The mosque at low tide

Ceiling of the Hassan II Mosque

Inside the Hassan II Mosque

Inside the Hassan II Mosque

Looking out onto the courtyard

Still pool at the hammam underneath the mosque

The enormity of the mosque

Sacre Coeur Cathedral

Inside the Sacre Coeur Cathedral

Palais de Justis

Rue Prince Moulay Abdellah

Tram lines on Blvd. Mohammed V

The walls of the old medina

Place des Nations Unies

Front of an old building

Rialto Theatre

Commerce and Industry Building

A sleeping cat and the closed central market

A grass rooftop and decaying old buildings

Casablanca from the plane

Casablanca, Morocco

Past and Present in Modern Morocco

January 8, 2013

So don't sing me your songs about the good times

Those days are gone and you should just let them go

God help the man who says "If you'd have known me when..."

- The Gaslight Anthem

Casablanca has none of the old world charm that Marrakech has. Instead it is the face of modern Morocco. A brand new tram line runs right through the heart of the city, past refurbished bright white buildings. The tram is so new that whenever it passes by almost everyone turns to look. New cars and upscale restaurants line the streets in sections of the city while respectable looking cars and well dressed people move past. Despite these nice impressions, the heavy security at the American Language Center is a reminder of the suicide bombings that took place in the area in 2007.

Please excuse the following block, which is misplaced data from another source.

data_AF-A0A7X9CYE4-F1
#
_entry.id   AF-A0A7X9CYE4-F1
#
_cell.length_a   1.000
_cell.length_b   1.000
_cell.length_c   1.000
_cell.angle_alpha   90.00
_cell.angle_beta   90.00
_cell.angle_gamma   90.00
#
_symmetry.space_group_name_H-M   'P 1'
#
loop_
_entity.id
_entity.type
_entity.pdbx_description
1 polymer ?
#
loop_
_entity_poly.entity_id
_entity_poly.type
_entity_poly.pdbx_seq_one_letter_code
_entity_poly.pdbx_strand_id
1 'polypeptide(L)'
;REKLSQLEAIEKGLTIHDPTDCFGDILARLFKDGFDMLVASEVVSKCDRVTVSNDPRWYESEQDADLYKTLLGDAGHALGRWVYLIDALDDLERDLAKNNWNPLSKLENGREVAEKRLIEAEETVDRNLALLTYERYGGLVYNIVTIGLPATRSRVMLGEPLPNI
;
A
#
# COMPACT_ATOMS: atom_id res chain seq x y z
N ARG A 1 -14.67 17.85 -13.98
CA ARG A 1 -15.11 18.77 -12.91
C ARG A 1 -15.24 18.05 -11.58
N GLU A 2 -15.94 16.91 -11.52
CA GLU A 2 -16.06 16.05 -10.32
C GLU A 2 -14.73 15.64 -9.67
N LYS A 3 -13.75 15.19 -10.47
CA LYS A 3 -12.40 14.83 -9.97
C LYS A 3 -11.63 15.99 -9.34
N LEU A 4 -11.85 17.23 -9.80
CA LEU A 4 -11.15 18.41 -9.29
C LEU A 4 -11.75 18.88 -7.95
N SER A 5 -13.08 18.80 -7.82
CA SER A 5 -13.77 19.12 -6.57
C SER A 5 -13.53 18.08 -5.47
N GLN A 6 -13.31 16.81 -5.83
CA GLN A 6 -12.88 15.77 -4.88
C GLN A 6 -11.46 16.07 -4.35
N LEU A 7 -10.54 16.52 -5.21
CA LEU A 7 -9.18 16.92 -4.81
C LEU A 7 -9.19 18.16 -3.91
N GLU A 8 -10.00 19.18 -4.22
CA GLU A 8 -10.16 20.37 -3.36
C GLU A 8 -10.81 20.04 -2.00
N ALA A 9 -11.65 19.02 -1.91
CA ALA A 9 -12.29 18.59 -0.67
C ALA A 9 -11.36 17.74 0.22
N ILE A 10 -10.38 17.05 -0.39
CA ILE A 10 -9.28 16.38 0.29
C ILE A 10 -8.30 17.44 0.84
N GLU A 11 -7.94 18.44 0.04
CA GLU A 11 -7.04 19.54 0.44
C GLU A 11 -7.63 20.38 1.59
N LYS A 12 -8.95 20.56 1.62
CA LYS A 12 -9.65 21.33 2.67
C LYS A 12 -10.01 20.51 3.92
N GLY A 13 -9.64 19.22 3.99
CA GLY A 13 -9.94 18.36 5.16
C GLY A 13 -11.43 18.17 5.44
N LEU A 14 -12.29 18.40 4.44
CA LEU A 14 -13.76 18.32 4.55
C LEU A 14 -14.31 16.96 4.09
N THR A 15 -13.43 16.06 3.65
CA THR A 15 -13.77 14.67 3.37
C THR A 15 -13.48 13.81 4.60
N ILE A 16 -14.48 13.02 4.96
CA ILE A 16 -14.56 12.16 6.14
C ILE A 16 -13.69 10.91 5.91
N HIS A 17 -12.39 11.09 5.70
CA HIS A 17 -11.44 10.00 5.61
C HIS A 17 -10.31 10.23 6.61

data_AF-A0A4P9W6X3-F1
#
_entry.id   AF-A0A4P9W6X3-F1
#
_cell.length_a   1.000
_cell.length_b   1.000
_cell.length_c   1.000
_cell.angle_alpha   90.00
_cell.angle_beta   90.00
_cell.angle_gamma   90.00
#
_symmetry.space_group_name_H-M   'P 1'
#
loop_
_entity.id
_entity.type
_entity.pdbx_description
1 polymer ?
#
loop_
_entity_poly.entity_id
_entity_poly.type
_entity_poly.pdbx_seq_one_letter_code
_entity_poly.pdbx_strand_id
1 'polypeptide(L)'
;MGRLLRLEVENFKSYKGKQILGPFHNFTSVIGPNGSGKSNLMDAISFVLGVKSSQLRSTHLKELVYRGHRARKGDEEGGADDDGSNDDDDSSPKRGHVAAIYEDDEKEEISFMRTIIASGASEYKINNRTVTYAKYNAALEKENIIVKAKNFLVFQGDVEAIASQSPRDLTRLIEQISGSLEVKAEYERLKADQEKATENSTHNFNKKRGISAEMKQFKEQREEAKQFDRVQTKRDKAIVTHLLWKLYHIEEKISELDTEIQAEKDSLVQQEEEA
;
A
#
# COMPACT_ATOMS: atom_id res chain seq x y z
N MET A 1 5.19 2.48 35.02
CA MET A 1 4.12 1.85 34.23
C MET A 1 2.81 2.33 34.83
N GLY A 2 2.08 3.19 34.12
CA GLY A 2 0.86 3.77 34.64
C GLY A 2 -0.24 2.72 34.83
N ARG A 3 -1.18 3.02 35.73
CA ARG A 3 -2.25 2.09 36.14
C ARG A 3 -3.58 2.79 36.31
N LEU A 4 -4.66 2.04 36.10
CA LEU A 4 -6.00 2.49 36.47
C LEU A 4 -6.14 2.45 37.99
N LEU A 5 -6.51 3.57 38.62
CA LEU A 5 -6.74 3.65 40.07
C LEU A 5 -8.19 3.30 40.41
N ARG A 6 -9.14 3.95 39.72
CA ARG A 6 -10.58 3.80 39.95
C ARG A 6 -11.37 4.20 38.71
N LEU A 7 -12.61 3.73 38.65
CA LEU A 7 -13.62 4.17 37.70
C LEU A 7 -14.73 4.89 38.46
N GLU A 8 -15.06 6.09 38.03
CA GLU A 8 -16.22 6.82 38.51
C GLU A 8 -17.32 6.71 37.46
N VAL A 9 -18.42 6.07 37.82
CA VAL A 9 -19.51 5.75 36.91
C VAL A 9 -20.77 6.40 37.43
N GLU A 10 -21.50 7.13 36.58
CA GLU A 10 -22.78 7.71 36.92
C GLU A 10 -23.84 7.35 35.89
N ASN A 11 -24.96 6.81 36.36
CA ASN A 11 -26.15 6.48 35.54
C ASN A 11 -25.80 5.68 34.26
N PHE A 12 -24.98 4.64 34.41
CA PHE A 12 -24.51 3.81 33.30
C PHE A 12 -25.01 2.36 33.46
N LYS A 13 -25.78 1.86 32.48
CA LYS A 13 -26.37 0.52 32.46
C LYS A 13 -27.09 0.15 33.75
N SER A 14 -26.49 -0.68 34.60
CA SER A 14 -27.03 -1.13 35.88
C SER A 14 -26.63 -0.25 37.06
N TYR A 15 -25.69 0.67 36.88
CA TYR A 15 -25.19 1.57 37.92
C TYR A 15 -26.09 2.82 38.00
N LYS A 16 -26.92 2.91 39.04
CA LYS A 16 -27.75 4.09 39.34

At a commanding spot on the coast the Hassan II Mosque was completed in 1993 and cost more than $500 million. That massive amount of money bought a spectacular building with intricate woodwork and artisan craftsmanship that took 6,000 workers six years to construct the world’s third largest mosque with a capacity for 25,000 worshippers inside the cavernous interior. The mosque’s minaret is over 200 meters tall and is the tallest building in Morocco.

Like the rest of Morocco though, the past is always present. In the heart of the city in the open expanse of the Place des Nations Unies the new tram glides past the walls of the old medina. A McDonald’s and KFC occupy a corner spot just down the street from the central market. In between each extreme are the aging art deco buildings that are interspersed throughout the city. Many of these feature distinct architecture and varying states of disrepair, speaking to the city’s heritage as a colonial center.

Today the city is still an important port and economic center for Morocco. You can feel this affluence on the streets versus the other Moroccan cities I visited. Having seen the poorer sides of Morocco I imagine that the disparity between the rich and poor is especially pronounced in Casablanca. However, during my short visit the city felt very safe during the day, despite the old unkempt buildings lending a somewhat seedy aura to the sometimes quiet city streets.

As my last stop on this trip, Casablanca has been a fitting stopover on my way back to Europe. The busy international airport is connected to the city by a convenient train line in well under an hour. Past security at the cafes and stores, prices and purchases were even being made in Euros rather than Dirhams; back to reality for sure.